The First Catholic President

If Bill Clinton could be termed the first Black president, George W. Bush could be termed the first Catholic president. No, Kennedy can’t claim that title since he made a point of not letting his membership in the Catholic church influence what he did as president. But Bush, surrounding himself with Catholic advisors, has been actually implementing many points of Catholic social teaching. So says this article: A Catholic Wind in the White House – washingtonpost.com.

Is this journalist confusing “Catholic” principles for just “Christian” principles, such as the pro-life cause? Are the Catholics influential just because they have worked out the rationale for these issues, whereas Protestants have not? Is the influence of Catholicism in the White House something for non-Catholics to be concerned about?

About Gene Veith

Professor of Literature at Patrick Henry College, the Director of the Cranach Institute at Concordia Theological Seminary, a columnist for World Magazine and TableTalk, and the author of 18 books on different facets of Christianity & Culture.

  • Bruce

    Hmm. Interesting article, but beyond Neuhaus’ statement that it is the “rich Catholic tradition” that appeals to Bush, I dont’ see any explanation for this. There are a few telling statements: Rove, an episcopalian, asking a Roman priest in to bless his office.
    And this: “Bush attends an Episcopal church in Washington and belongs to a Methodist church in Texas…”

    What a mess.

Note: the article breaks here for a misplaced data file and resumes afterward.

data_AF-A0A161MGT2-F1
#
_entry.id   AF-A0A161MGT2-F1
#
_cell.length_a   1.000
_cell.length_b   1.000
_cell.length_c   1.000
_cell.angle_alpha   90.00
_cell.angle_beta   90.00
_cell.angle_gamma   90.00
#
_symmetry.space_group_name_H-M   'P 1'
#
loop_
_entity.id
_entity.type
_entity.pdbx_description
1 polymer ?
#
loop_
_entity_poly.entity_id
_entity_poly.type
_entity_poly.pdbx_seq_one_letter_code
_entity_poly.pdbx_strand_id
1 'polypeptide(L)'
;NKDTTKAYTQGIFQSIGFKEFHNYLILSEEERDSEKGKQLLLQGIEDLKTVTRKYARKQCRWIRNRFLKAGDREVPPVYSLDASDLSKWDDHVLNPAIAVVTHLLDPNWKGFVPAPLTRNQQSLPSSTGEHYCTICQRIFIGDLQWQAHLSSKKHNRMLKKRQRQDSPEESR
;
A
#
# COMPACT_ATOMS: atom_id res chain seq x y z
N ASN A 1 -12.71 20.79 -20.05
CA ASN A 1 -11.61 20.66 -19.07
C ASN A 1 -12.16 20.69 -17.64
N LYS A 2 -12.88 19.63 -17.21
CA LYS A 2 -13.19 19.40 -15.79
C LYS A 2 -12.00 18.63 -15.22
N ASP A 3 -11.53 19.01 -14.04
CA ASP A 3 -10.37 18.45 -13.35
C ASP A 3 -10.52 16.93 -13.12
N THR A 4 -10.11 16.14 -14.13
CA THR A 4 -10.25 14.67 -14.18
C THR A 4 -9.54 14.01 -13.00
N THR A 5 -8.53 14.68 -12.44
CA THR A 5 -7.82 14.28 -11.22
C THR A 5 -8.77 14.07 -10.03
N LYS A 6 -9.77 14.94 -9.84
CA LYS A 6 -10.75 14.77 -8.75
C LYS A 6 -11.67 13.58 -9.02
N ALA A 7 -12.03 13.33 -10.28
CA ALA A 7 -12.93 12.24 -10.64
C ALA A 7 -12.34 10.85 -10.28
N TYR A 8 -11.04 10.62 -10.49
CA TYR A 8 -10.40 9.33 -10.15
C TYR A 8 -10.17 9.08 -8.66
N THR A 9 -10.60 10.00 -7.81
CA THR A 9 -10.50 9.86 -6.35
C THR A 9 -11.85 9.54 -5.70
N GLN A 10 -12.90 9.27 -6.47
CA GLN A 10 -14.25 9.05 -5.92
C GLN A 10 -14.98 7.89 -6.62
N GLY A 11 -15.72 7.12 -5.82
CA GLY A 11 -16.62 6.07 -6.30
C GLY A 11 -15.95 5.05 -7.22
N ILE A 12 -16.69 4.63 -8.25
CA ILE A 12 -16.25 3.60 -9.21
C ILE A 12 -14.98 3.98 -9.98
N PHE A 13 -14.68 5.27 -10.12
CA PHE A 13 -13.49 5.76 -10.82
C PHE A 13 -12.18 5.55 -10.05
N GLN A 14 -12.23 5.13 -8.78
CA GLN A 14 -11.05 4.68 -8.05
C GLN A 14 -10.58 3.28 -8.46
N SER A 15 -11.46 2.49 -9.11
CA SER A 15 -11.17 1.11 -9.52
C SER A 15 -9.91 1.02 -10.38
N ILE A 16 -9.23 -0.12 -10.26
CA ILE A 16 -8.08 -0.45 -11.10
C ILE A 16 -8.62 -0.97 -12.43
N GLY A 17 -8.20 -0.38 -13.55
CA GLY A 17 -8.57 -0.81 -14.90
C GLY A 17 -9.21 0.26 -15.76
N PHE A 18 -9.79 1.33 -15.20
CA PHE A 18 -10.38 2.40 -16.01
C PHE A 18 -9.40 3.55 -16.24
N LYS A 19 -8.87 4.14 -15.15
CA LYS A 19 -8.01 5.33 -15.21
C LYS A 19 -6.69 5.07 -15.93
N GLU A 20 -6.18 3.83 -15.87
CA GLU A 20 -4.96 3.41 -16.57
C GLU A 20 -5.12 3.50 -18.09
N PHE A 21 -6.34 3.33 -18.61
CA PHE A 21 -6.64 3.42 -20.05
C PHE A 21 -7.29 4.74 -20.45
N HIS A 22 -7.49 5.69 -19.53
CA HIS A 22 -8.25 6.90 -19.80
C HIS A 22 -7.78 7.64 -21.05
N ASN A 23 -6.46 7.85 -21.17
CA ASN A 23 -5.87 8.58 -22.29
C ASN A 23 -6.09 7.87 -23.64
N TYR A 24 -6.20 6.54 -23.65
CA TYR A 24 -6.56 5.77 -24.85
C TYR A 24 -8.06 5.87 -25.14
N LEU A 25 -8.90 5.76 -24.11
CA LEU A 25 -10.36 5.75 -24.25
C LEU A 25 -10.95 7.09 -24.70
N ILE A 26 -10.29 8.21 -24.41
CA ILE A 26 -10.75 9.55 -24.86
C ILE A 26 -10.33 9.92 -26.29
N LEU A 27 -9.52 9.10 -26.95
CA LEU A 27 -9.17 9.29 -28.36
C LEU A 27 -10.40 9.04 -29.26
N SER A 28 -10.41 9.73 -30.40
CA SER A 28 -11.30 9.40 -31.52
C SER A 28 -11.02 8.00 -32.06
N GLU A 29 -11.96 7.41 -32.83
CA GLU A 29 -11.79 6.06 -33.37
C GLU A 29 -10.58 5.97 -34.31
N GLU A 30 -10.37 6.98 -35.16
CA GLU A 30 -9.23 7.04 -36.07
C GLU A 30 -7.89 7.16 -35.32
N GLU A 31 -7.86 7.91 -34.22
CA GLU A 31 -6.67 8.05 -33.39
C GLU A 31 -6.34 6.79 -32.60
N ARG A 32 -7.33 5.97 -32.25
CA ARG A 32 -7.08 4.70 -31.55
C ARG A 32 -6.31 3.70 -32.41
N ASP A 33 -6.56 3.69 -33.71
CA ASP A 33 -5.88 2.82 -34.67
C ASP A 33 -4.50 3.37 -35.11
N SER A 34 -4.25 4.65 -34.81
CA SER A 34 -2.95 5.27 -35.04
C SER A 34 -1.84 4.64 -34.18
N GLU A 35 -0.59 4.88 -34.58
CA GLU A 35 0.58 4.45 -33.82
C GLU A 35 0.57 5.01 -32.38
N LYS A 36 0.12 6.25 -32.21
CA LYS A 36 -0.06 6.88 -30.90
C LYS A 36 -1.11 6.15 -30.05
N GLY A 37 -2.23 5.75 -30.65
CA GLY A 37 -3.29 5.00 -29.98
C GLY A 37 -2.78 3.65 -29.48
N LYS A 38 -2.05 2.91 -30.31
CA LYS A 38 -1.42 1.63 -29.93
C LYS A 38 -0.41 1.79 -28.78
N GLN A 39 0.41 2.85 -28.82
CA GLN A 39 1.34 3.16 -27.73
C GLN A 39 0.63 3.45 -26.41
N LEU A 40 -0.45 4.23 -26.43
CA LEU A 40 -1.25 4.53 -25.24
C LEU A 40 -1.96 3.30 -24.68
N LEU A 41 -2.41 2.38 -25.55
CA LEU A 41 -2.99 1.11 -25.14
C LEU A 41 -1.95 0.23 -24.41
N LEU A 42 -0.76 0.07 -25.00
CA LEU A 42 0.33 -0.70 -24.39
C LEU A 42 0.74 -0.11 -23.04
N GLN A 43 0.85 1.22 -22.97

Asking a group of Catholic leaders to Texas before his first inaugural in order to be instructed in Catholic social doctrine tells me that Bush is aware of the great political clout of Rome–perhaps on a par with Jewish influence in America. Having heard what they have to say, he may have realized that they had been thinking about this–as a group–much longer than any evangelicals he knew.

    Or maybe he’s just a really big Tom Clancy fan.

  • Bruce

    Hmm. Interesting article, but beyond Neuhaus’ statement that it is the “rich Catholic tradition” that appeals to Bush, I dont’ see any explanation for this. There are a few telling statements: Rove, an episcopalian, asking a Roman priest in to bless his office.
    And this: “Bush attends an Episcopal church in Washington and belongs to a Methodist church in Texas…”

    What a mess.

    Asking a group of Catholic leaders to Texas before his first inaugural in order to be instructed in Catholic social doctrine tells me that Bush is aware of the great political clout of Rome–perhaps on a par with Jewish influence in America. Having heard what they have to say, he may have realized that they had been thinking about this–as a group–much longer than any evangelicals he knew.

    Or maybe he’s just a really big Tom Clancy fan.

  • http://www.bikebubba.blogspot.com Bike Bubba

    One thing that comes to mind for me is that the Catholic “Scripture + church tradition” is an interesting parallel of the modern “Constitution + case law” interpretation of our laws. No longer does it seem that the Constitution alone is a trump card that will override precedents.

  • http://www.bikebubba.blogspot.com Bike Bubba

    One thing that comes to mind for me is that the Catholic “Scripture + church tradition” is an interesting parallel of the modern “Constitution + case law” interpretation of our laws. No longer does it seem that the Constitution alone is a trump card that will override precedents.

  • Anon

    I suspect the level of the President’s catechesis is fairly low. Probably in the unreflective post-evangelical stream. As such, he sees the Pope as a Christian leader of moral authority and theological accumen. Which is true as far as it goes.

  • Anon

    I suspect the level of the President’s catechesis is fairly low. Probably in the unreflective post-evangelical stream. As such, he sees the Pope as a Christian leader of moral authority and theological accumen. Which is true as far as it goes.


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